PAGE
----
Before you dump that box of Pokémon cards at the Wellesley Give & Take…

One result of the COVID-19 pandemic and the forced homebody time it brought about is that more people found themselves revisiting their long-forgotten sports cards and other memorabilia, or developed a new interest in collecting items through various online options. Locally, Thomas Picher, “just looking for something to do” during the pandemic, improbably gained a fascination in old coins and stamps, and even renewed a short-lived interest in Pokémon cards that he had as a kid.

Now the 20-year-old is morphing his pandemic-borne hobbies into a business opportunity by helping others assess the value of their treasures.

“It’s not necessarily the value that gets me excited. It’s the unknown that the next thing I find could be something extremely rare or really old,” he says.

Thanks, Gramps

Thomas Picher
Thomas Picher

Picher was given hundreds of old coins and a big stamp collection by his grandfather in 2020, plus he was shown bins of cards from his dad and uncle. The current UMass Dartmouth sophomore then began to dig in. “For the next few months I was completely focused on that. I bought books and catalogs to figure out what we had, to learn the prices,” he says.

There were unsurprisingly no Pokémon cards in his grandfather’s collection (they emerged in Japan in the mid-1990s, in the United States in the early 2000s), but wrestler/podcaster/Youtube star Logan Paul sparked fresh interest in Pokémon cards, in part by forking over millions for a super rare one. The buzz returned Picher’s attention to the market for trading cards bearing images of Pikachu and the gang.

Picher’s father, Tom, says the value of Pokémon cards caught them by surprise. While many people might hesitate before getting rid of baseball cards, understanding they might have some value, kids—or their parents—would be more likely to just throw away Pokémon cards, he says.

For those of you who have fallen out of the trading cards loop, or who were never in it to begin with, a lot has changed from the days of flipping cards against walls and sticking them in between bicycle tire spokes. The market has had its serious ups and down, but has been booming of late. Dramatic openings of card packages are live-streamed. Topps is still a leader among card makers, but Panini and others are popular, too. Trading card grading services like PSA help collectors find out what their items are “worth,” and enable trusted buying and selling of these valuables.

Picher has been a quick study in the value of cards and other collectibles, and along with his father, has sent in cards to be graded.

Researching the value and history of cards, coins, and stamps is a mix of paper-based and online research for Picher. So while the web does provide fast access to some information, and enables transactions through services such as eBay and craiglist, the hobby itself also allows Picher a screen-time break.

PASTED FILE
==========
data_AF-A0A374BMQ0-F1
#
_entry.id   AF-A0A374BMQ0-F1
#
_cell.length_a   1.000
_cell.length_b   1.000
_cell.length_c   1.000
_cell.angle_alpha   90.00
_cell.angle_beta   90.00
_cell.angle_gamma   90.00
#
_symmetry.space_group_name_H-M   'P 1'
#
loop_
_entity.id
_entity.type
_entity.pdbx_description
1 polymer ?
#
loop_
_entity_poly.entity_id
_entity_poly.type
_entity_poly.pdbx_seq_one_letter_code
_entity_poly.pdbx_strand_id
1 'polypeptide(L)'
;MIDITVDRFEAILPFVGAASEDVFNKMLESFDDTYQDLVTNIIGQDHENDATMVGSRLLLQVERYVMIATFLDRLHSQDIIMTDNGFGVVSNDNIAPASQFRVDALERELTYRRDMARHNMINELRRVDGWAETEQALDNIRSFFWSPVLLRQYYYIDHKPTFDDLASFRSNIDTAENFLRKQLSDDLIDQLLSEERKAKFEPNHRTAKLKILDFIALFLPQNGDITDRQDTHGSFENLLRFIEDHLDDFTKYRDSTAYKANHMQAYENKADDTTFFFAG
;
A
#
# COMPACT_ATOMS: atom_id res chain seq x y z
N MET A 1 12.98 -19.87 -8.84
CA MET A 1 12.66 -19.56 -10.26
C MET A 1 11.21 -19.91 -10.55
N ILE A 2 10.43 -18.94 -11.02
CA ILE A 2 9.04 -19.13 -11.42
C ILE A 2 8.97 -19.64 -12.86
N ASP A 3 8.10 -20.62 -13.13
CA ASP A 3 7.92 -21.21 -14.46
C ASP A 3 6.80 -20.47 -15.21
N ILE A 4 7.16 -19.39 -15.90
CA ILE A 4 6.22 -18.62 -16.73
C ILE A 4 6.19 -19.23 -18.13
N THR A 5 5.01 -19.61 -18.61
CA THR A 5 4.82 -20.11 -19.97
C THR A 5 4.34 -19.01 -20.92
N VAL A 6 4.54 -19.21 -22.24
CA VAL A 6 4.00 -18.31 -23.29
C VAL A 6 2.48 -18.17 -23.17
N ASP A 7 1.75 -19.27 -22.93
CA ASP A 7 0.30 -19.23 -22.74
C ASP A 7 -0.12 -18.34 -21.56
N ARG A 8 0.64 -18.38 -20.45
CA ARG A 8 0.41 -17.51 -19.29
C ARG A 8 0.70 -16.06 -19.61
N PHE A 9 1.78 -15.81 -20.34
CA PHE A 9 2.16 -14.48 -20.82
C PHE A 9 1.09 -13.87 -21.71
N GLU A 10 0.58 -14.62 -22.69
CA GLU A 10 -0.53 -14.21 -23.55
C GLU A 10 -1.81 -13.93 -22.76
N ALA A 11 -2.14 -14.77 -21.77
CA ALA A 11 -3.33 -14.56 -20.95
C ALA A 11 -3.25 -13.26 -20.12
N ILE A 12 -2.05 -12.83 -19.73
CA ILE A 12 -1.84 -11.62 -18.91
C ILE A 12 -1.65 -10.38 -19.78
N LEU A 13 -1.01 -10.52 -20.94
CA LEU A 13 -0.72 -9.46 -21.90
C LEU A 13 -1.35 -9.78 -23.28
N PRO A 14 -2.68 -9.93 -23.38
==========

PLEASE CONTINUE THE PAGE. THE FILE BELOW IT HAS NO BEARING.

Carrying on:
Picher was excited to tell me about “a really good magnifying glass” he recently acquired that allows him to zoom in on details that the naked eye would not see on coins and stamps. “There are a lot of little things you wouldn’t realize are there…erosion of a stamp, little differences in printing that can make a big difference in their value,” he says.

Sharing his knowledge

Picher continues to learn about collectibles from home as well as by taking it on the road. He’s hit yard sales and has the Wellesley Recycling & Disposal Facility’s Give & Take area on his list. He and his dad attended a massive card show in Atlantic City, with collections worth millions on display.

Through word of mouth and other means, Picher has begun appraising the value of others’ collections.

He described visiting a couple in Wayland who had been collecting all sorts of things for 50 years. “It’s good to meet with people face to face to discuss their collections,” he says. “Their house was filled.”

Picher wisely isn’t aiming to fill his parents’ house, so keeps a balance between buying and selling. “I’m not really focused on building my collection,” he says, adding that he’ll target items that he finds particularly meaningful or unique, maybe a LeBron James rookie card, or anything to do with Yankees Hall-of-Famer Derek Jeter.

Picher’s friends include past card collectors, but none of them are doing anything like he is. “They think it’s cool, but they’re not into it themselves,” he says.

If you’re tempted to learn more about this hobby or are curious about how much your stuff might be worth, Picher is available to help.

For starters, he suggests identifying your most likely valuable items. With sports cards, this often means star players and those same players as rookies. With Pokémon cards, since they are newer, condition isn’t as much of a differentiator as it can be with sports cards, but there were fewer Pokémon cards produced at the start, so those earlier editions, and special holographic cards can be worth more. With stamps and coins, usually the older the better; pre-1964 U.S. quarters and some other coins were made from silver, so they’re worth something extra right away.

If you’re interested in having Picher assess your collection, you can text him at 617 659 2686. Send photos of a few items to start and describe what you’re interested in knowing. And if you’ve got a 1999 1st Edition Holographic Charizard Pokémon card, by all means, don’t hesitate to ping him.

(You can also check out his eBay store.)


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